Take a Load Off
Ahhhh. The sounds of island music drift through the air from a distant cabana. A tropical breeze brushes across your skin as the gentle waves wash up on the white-sand beach. You feel the warmth of the sun on your legs as you sip your mai tai and enjoy the view of a turquoise sea and sky. Beep, beep, beep! Your alarm reminds you it's only a dream, and you've got a zillion people to call, plans to draft and numbers to crunch today.
If the closest you're getting to a vacation is dreaming about one, it's time for some serious restructuring. While entrepreneurs in general can be stingy with their time off, homebased entrepreneurs tend to be even harder on themselves and even more reluctant to get away. Karen Frost, founder of Washington, DC-area Frost Media Relations, explains this hesitation: "Since my business is just me, I think there's a concern from my clients that some ball is going to drop [while I'm on vacation] and nobody's going to know how to pick it up. And as the company grows, there's even less opportunity to take a vacation."
Likewise, Stacy Brice, president and CEO of AssistU, admits being scared about what would happen to her Baltimore-based virtual assistant business if she went away. When she took her first vacation in 1998, her second year of business, she gave her assistant a day-by-day itinerary of her trip, with instructions to call if anything went wrong. Says Brice, "Like any other business owner, I thought everything was going to crumble without me."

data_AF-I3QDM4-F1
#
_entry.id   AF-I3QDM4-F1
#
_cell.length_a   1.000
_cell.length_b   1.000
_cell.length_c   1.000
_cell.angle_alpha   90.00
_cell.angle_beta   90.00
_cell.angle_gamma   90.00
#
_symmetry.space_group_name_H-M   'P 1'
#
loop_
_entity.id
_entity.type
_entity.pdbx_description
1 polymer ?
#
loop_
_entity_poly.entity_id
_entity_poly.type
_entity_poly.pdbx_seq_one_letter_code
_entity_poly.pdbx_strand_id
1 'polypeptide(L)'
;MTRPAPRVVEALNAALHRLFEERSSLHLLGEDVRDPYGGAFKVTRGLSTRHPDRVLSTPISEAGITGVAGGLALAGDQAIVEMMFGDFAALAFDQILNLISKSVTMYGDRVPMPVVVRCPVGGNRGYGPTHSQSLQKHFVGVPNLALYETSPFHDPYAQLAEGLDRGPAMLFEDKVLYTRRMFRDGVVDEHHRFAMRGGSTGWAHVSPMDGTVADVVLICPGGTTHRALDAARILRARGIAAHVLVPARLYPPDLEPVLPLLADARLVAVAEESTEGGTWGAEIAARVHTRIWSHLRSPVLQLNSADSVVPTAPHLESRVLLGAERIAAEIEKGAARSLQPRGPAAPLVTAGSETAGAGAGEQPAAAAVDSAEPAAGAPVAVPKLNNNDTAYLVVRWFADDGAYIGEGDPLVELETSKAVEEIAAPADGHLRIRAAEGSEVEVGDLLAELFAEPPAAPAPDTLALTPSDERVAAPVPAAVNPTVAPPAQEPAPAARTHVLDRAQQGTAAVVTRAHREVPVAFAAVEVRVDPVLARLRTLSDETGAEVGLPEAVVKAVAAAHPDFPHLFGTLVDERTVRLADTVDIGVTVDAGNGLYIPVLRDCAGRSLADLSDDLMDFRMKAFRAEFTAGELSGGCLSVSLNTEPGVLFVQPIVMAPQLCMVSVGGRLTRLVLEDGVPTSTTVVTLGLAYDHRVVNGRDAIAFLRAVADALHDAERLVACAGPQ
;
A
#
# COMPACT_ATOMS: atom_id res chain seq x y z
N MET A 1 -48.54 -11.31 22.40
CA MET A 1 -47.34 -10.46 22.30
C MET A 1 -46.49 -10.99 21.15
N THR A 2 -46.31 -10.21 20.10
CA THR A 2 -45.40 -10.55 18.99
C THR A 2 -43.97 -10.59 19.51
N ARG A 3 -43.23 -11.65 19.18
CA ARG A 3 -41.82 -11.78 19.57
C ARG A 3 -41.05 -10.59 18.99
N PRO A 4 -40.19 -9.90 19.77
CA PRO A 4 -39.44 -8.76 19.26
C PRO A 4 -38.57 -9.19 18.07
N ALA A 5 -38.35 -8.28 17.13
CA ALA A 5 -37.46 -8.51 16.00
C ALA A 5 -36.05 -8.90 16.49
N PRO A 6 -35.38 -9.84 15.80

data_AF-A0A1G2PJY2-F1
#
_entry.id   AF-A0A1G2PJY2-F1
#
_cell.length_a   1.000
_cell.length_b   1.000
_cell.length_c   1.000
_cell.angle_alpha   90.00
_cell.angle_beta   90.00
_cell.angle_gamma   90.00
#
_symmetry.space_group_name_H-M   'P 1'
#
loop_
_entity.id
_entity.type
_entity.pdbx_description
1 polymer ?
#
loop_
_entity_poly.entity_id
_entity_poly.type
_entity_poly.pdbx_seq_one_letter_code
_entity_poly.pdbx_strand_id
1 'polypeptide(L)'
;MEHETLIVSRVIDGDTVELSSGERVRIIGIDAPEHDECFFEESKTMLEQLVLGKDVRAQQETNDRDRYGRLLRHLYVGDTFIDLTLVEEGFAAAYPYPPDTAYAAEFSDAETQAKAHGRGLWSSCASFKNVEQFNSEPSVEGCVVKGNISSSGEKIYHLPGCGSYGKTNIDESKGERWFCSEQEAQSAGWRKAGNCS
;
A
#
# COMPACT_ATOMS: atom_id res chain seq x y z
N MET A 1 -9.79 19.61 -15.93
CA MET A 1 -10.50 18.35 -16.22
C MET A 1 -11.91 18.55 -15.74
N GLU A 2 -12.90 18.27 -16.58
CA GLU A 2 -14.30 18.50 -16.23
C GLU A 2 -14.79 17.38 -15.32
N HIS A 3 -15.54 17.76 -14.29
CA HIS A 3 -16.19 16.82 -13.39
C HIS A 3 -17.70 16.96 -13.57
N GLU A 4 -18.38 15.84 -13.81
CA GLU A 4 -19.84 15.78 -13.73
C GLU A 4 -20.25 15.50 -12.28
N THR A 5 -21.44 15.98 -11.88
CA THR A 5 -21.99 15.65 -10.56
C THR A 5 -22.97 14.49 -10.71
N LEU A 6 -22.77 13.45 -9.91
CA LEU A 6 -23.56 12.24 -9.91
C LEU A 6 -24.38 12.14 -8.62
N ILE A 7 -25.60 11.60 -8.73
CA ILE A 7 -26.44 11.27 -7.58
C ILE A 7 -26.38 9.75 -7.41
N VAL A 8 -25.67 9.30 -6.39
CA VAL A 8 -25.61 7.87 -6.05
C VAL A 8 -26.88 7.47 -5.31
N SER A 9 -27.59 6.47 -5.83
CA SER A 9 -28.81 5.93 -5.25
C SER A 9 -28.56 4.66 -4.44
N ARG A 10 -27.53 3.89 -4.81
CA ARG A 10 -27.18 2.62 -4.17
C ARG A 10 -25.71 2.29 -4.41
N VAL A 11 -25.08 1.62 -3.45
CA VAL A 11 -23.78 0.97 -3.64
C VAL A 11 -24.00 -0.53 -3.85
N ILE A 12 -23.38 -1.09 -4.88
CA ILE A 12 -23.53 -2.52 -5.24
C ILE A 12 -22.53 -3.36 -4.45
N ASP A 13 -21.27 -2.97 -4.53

So why bother with vacation time? According to Alan Muney, M.D., chief medical officer and executive vice president for Oxford Health Plans Inc., a Trumbull, Connecticut-based health-plan provider, vacation is a lot more than fun and games. "Vacations have been traditionally viewed as frivolous behavior, particularly in a high-productivity culture such as we have," he says. "Studies have shown, though, that taking regular vacations actually helps reduce stress-related illnesses. Vacation is preventive medicine."
Mary Naylor, CEO of VIPdesk, a Washington, DC-area online concierge service, relates the issue to homebased entrepreneurs: "Most people work to the point of exhaustion and then take a vacation as a reward at the end of, say, six months," she says. "Or they think it's a badge of honor that they've gone two years without a vacation. In fact, you should really look at proactively planning a vacation each quarter as a point of renewal and mental rejuvenation. The entrepreneur is the chief idea generator, and when you lose that edge, it's critical."
For Frost, her time away allows her to remember that there's a world beyond her to-do list. "When you step out of a situation for a moment, you may be able to look at the same picture but in a different way and bring something new to the table," she explains. "It offers perspective and the ability to step back from your day-to-day working environment and the tunnel vision you find yourself getting into."
Indeed, Brice attributes many of her greatest business decisions to her time out of the office. "When I'm doing things that are good for me, I have these flashes of brilliance about places I can take my business," she says. "I take a little notepad with me, and when I have one of those flashes, I write it down in the book, close the book and put it away, so it doesn't interfere with my time but I also don't forget it when I go back home."